Media and film studies
British Cinema A
Module code: P3044
30 credits in spring teaching
Teaching method: Seminar, Lecture, Film
Assessment modes: Coursework
This module provides a historical survey of British cinema as well as an introduction to critical and theoretical debates associated with national cinema. Specifically, we cover the relationship between British cinema and British culture, history and identity.
You examine how British cinema has represented other dimensions of identity such as class, ethnicity and sexuality. You consider a range of films in order to explore how British cinema:
- responded to the Second World War and the decline of the British Empire
- has reflected transformations of society associated with multiculturalism
- functions in a transnational or even post-national era
- and how specific genres such as the crime film and the period drama have functioned in the national and international marketplace.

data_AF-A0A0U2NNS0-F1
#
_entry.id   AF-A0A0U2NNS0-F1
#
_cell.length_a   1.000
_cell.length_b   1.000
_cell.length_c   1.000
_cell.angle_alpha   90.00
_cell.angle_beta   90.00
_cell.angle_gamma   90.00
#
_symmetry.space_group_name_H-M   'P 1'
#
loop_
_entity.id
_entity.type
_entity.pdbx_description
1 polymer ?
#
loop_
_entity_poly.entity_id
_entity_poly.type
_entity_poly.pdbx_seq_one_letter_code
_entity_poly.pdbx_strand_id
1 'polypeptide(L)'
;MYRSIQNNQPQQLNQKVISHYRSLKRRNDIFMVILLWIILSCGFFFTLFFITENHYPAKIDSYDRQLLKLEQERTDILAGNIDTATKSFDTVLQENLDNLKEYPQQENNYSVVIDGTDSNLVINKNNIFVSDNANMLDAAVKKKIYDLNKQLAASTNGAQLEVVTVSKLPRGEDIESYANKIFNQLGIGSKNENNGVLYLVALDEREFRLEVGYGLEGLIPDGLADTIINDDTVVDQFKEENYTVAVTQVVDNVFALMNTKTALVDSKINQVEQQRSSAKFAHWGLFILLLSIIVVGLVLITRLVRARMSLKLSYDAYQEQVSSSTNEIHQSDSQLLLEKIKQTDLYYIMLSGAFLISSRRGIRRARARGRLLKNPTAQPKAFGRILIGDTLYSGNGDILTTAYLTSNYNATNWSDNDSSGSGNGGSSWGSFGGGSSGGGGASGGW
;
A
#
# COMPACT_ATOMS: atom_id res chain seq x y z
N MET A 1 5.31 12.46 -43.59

Films to be studied include Submarine, Brief Encounter, Fires Were Started, Black Narcissus, Performance, A Room With A View, Bend It Like Beckham and Red Road.
Module learning outcomes
- Awareness of the problems involved in constituting a 'history' of a British national cinema
- Critical understanding of British cinema's production of representations of Britishness/Englishness, its constitution of 'otherness', and its representations of gender, 'race', class and community
- Understanding of the changing political and cultural context in which such representations have been produced
- Ability to critically analyse specific film texts in the light of these understandings